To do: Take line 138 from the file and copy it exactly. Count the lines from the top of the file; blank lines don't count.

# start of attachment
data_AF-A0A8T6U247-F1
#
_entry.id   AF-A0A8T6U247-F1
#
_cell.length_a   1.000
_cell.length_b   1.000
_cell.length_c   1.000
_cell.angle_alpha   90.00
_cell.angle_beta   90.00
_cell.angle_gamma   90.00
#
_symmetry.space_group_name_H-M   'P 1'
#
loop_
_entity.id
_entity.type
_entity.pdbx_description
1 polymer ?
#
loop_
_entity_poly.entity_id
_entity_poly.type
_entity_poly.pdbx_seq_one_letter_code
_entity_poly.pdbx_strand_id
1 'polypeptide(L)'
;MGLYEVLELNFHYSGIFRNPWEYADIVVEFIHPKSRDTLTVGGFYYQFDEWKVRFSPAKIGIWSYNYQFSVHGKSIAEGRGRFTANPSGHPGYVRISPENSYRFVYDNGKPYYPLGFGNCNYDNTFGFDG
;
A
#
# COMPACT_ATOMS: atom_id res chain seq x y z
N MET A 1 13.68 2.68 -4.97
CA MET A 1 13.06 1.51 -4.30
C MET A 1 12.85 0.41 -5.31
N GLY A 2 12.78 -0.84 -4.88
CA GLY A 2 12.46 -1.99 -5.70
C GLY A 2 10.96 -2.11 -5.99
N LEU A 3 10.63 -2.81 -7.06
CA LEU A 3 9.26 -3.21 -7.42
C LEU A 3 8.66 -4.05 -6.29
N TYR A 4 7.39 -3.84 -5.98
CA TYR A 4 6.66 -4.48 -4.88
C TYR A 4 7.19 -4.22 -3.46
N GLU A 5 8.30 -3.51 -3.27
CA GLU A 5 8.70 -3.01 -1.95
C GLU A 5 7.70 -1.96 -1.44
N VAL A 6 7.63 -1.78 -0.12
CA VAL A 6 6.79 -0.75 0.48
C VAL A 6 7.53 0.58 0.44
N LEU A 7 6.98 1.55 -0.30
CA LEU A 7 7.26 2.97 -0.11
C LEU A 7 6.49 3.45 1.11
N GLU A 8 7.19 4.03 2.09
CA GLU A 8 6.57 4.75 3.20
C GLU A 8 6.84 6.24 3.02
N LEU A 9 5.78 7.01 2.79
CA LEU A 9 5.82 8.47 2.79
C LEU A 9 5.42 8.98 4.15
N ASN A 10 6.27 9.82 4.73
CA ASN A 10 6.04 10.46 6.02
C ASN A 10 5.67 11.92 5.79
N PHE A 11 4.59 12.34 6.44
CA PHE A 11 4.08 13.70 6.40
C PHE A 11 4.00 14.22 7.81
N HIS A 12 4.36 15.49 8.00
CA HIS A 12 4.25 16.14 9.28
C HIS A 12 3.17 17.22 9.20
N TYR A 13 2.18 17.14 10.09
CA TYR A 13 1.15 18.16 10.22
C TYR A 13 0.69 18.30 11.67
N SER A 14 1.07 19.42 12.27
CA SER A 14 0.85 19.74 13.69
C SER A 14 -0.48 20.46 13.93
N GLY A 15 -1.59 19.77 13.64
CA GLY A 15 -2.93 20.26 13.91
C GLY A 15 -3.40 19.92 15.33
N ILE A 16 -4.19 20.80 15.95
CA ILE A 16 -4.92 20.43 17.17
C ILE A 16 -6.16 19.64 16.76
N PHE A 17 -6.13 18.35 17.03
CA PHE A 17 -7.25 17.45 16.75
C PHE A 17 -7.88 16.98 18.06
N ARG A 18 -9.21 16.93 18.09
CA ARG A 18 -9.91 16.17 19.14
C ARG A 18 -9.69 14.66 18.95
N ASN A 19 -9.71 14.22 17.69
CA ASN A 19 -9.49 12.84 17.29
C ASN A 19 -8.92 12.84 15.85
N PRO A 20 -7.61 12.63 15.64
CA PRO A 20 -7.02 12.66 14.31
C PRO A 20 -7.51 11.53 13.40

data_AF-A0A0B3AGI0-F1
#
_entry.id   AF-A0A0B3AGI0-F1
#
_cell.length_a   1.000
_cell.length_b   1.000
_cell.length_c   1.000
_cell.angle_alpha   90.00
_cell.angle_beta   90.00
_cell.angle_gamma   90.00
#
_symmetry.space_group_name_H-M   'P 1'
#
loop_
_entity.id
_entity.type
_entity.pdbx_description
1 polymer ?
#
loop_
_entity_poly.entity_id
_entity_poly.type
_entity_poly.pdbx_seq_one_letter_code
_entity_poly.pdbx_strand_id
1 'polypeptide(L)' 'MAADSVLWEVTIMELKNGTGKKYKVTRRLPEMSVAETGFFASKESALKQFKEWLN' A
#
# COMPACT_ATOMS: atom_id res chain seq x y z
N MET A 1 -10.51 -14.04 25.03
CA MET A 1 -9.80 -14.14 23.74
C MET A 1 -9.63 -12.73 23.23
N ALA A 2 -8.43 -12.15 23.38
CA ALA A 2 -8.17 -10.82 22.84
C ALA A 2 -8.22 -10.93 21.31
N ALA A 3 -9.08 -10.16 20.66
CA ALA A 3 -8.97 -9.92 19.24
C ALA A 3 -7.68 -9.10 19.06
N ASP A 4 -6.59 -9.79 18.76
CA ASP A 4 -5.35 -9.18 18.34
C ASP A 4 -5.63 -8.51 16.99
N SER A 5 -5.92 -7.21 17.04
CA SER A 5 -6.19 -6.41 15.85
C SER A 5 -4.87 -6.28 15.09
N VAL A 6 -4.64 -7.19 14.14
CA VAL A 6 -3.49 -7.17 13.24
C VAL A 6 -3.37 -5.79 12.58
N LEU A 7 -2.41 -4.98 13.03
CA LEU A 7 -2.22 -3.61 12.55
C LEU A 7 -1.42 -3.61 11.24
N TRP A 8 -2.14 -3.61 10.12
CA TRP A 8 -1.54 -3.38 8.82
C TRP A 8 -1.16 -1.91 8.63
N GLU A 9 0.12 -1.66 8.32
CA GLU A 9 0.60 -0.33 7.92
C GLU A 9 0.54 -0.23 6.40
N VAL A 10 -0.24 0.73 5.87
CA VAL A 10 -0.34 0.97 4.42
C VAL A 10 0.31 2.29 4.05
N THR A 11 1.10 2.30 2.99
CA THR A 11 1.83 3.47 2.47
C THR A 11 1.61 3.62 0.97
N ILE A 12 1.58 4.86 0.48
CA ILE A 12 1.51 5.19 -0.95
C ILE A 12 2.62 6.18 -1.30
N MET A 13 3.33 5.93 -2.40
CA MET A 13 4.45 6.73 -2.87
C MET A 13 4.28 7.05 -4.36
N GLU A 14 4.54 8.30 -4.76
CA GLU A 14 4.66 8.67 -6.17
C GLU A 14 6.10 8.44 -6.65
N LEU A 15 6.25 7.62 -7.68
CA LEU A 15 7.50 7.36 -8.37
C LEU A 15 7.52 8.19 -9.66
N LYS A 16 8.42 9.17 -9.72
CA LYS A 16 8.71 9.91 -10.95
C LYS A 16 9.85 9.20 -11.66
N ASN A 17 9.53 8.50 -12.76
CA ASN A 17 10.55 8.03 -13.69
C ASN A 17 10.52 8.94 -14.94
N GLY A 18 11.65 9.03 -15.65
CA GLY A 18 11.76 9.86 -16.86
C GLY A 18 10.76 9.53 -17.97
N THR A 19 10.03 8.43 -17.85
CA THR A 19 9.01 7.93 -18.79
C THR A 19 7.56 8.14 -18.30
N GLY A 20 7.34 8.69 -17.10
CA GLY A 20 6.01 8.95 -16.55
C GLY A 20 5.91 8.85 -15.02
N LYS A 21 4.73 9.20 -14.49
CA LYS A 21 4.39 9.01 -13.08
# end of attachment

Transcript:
C LEU A 7 -1.42 -3.61 11.24